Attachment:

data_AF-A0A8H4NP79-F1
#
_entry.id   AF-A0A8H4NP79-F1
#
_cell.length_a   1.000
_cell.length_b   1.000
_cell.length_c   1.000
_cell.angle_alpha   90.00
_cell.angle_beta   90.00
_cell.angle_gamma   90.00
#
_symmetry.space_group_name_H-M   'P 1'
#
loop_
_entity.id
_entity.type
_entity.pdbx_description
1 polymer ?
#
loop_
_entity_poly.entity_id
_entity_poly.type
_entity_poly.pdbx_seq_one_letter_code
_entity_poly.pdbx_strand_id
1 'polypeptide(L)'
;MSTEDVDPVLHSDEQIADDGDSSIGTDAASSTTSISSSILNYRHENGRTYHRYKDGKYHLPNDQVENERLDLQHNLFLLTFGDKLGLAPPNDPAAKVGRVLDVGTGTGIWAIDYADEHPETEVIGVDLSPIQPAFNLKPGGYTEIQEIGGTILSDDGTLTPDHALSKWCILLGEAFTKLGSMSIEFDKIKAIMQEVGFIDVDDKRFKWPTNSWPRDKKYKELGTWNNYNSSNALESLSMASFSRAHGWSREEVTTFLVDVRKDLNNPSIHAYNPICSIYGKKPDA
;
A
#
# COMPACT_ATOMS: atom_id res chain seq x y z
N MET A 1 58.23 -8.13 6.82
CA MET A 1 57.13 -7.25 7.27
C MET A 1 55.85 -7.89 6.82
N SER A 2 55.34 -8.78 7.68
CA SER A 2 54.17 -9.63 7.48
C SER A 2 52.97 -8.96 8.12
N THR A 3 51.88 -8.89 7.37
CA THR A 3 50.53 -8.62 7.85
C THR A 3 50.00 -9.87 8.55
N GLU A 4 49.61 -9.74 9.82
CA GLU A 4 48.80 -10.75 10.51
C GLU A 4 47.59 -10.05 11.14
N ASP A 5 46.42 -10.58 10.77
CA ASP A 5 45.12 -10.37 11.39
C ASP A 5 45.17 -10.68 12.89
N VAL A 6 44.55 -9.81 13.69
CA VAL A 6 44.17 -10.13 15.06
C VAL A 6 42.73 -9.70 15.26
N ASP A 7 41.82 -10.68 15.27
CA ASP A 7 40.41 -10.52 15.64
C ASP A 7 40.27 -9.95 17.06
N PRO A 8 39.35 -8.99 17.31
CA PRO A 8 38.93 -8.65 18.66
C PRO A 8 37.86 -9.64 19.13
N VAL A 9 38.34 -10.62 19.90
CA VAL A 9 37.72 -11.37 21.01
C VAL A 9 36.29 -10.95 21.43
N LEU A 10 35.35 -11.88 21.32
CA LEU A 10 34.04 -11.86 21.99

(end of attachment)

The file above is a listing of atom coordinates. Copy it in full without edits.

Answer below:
data_AF-A0A8H4NP79-F1
#
_entry.id   AF-A0A8H4NP79-F1
#
_cell.length_a   1.000
_cell.length_b   1.000
_cell.length_c   1.000
_cell.angle_alpha   90.00
_cell.angle_beta   90.00
_cell.angle_gamma   90.00
#
_symmetry.space_group_name_H-M   'P 1'
#
loop_
_entity.id
_entity.type
_entity.pdbx_description
1 polymer ?
#
loop_
_entity_poly.entity_id
_entity_poly.type
_entity_poly.pdbx_seq_one_letter_code
_entity_poly.pdbx_strand_id
1 'polypeptide(L)'
;MSTEDVDPVLHSDEQIADDGDSSIGTDAASSTTSISSSILNYRHENGRTYHRYKDGKYHLPNDQVENERLDLQHNLFLLTFGDKLGLAPPNDPAAKVGRVLDVGTGTGIWAIDYADEHPETEVIGVDLSPIQPAFNLKPGGYTEIQEIGGTILSDDGTLTPDHALSKWCILLGEAFTKLGSMSIEFDKIKAIMQEVGFIDVDDKRFKWPTNSWPRDKKYKELGTWNNYNSSNALESLSMASFSRAHGWSREEVTTFLVDVRKDLNNPSIHAYNPICSIYGKKPDA
;
A
#
# COMPACT_ATOMS: atom_id res chain seq x y z
N MET A 1 58.23 -8.13 6.82
CA MET A 1 57.13 -7.25 7.27
C MET A 1 55.85 -7.89 6.82
N SER A 2 55.34 -8.78 7.68
CA SER A 2 54.17 -9.63 7.48
C SER A 2 52.97 -8.96 8.12
N THR A 3 51.88 -8.89 7.37
CA THR A 3 50.53 -8.62 7.85
C THR A 3 50.00 -9.87 8.55
N GLU A 4 49.61 -9.74 9.82
CA GLU A 4 48.80 -10.75 10.51
C GLU A 4 47.59 -10.05 11.14
N ASP A 5 46.42 -10.58 10.77
CA ASP A 5 45.12 -10.37 11.39
C ASP A 5 45.17 -10.68 12.89
N VAL A 6 44.55 -9.81 13.69
CA VAL A 6 44.17 -10.13 15.06
C VAL A 6 42.73 -9.70 15.26
N ASP A 7 41.82 -10.68 15.27
CA ASP A 7 40.41 -10.52 15.64
C ASP A 7 40.27 -9.95 17.06
N PRO A 8 39.35 -8.99 17.31
CA PRO A 8 38.93 -8.65 18.66
C PRO A 8 37.86 -9.64 19.13
N VAL A 9 38.34 -10.62 19.90
CA VAL A 9 37.72 -11.37 21.01
C VAL A 9 36.29 -10.95 21.43
N LEU A 10 35.35 -11.88 21.32
CA LEU A 10 34.04 -11.86 21.99